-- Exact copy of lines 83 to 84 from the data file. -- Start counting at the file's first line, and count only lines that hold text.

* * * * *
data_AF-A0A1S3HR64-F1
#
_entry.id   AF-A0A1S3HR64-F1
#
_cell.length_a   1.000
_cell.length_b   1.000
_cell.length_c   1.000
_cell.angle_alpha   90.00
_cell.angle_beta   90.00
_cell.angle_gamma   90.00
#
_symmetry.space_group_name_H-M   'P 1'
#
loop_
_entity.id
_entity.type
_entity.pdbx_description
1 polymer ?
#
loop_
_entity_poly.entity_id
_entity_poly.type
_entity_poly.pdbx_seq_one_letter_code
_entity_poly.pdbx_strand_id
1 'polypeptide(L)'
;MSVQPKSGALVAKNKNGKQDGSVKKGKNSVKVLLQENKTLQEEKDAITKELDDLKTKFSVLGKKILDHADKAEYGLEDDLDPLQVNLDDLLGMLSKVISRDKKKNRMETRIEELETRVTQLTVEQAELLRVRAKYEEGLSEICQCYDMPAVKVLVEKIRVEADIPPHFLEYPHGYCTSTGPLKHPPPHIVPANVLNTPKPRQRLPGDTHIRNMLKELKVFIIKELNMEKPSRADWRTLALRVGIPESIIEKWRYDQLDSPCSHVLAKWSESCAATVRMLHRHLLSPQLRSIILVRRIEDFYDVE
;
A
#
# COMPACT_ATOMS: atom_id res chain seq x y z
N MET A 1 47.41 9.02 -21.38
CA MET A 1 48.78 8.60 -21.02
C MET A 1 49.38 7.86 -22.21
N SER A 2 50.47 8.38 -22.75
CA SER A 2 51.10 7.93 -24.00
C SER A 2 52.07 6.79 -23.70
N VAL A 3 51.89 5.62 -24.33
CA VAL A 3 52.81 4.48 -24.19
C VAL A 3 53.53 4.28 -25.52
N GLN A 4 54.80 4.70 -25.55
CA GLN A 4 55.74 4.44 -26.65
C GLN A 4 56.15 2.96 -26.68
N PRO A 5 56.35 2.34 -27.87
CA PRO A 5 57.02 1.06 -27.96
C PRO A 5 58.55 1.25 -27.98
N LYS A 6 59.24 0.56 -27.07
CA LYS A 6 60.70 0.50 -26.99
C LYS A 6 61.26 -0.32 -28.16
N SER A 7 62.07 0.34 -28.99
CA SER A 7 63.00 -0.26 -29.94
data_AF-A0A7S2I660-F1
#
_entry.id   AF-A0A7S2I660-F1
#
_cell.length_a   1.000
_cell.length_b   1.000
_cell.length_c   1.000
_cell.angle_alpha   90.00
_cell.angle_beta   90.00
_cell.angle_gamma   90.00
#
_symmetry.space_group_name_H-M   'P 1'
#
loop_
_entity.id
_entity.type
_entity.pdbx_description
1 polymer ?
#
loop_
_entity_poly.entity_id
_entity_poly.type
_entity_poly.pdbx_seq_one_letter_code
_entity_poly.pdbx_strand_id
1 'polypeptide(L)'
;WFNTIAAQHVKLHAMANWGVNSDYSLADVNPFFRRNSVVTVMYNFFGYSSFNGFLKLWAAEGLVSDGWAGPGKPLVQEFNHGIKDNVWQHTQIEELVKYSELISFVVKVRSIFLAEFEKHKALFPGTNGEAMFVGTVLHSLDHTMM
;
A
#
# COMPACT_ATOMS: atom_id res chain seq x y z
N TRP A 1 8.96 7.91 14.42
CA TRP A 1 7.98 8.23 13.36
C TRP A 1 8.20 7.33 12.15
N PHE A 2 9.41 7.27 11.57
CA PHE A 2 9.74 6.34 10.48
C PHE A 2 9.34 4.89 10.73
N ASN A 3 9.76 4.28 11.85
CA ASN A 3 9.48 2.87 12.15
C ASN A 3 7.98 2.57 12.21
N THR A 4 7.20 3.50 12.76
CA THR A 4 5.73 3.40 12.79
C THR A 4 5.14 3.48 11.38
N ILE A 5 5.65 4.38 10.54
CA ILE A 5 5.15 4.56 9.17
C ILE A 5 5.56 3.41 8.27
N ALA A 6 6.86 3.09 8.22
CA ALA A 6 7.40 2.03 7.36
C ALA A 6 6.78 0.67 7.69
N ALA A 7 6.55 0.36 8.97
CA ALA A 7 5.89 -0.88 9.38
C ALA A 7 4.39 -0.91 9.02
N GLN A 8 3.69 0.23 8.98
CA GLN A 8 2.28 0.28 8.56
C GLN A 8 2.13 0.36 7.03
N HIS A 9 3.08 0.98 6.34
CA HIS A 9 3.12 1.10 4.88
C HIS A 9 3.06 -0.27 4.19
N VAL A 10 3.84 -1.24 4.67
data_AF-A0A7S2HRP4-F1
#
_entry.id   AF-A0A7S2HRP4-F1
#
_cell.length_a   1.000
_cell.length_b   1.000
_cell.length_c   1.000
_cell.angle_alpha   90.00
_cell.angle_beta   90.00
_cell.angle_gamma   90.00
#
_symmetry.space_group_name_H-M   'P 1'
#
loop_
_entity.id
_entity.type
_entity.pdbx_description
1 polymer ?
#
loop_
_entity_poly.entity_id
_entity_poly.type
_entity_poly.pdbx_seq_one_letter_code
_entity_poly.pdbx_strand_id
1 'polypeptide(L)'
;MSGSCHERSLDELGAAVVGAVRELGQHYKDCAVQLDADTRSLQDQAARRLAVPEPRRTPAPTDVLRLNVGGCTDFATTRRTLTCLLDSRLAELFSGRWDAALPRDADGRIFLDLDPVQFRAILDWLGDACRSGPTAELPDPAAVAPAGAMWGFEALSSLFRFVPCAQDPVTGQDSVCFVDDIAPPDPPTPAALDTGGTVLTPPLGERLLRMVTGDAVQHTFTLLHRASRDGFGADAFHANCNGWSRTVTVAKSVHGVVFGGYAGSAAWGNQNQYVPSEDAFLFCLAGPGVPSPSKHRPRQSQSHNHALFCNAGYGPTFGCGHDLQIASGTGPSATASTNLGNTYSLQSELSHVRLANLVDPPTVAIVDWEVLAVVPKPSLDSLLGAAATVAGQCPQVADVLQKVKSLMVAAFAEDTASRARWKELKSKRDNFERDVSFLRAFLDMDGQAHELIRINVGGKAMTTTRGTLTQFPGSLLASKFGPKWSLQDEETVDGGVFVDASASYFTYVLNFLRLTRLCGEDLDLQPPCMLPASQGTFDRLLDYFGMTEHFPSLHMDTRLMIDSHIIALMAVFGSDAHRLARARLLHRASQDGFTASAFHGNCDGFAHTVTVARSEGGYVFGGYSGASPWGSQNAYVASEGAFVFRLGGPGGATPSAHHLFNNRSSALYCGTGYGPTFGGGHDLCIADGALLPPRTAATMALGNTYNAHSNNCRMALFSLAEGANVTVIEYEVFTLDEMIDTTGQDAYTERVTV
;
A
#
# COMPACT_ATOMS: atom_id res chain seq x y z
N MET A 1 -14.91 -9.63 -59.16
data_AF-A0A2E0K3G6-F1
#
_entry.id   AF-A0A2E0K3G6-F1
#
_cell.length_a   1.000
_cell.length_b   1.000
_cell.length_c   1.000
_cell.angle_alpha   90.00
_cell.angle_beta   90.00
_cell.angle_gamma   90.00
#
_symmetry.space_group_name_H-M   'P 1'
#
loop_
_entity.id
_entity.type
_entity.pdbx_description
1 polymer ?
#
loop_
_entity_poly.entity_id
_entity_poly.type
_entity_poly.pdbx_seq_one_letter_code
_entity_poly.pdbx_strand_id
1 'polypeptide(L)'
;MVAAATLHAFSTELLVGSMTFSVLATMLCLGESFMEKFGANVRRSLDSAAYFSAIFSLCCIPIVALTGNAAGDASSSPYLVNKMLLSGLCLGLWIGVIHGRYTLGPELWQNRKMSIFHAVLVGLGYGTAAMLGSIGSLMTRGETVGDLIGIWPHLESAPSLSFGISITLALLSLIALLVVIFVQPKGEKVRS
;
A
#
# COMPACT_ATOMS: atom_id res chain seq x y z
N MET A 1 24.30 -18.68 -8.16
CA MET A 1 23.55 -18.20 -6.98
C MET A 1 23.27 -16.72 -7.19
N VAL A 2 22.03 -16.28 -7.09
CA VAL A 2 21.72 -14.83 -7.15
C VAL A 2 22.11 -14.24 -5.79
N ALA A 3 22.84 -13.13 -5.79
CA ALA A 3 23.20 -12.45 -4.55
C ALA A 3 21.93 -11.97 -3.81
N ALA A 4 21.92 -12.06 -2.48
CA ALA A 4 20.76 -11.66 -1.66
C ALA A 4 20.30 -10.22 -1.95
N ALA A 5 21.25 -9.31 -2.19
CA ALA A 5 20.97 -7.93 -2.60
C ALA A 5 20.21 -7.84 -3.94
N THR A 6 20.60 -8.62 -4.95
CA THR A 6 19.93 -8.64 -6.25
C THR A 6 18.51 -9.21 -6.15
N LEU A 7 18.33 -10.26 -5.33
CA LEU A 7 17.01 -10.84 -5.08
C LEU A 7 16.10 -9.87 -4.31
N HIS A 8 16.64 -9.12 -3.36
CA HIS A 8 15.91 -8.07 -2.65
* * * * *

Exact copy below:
C TRP A 1 8.20 7.33 12.15
N PHE A 2 9.41 7.27 11.57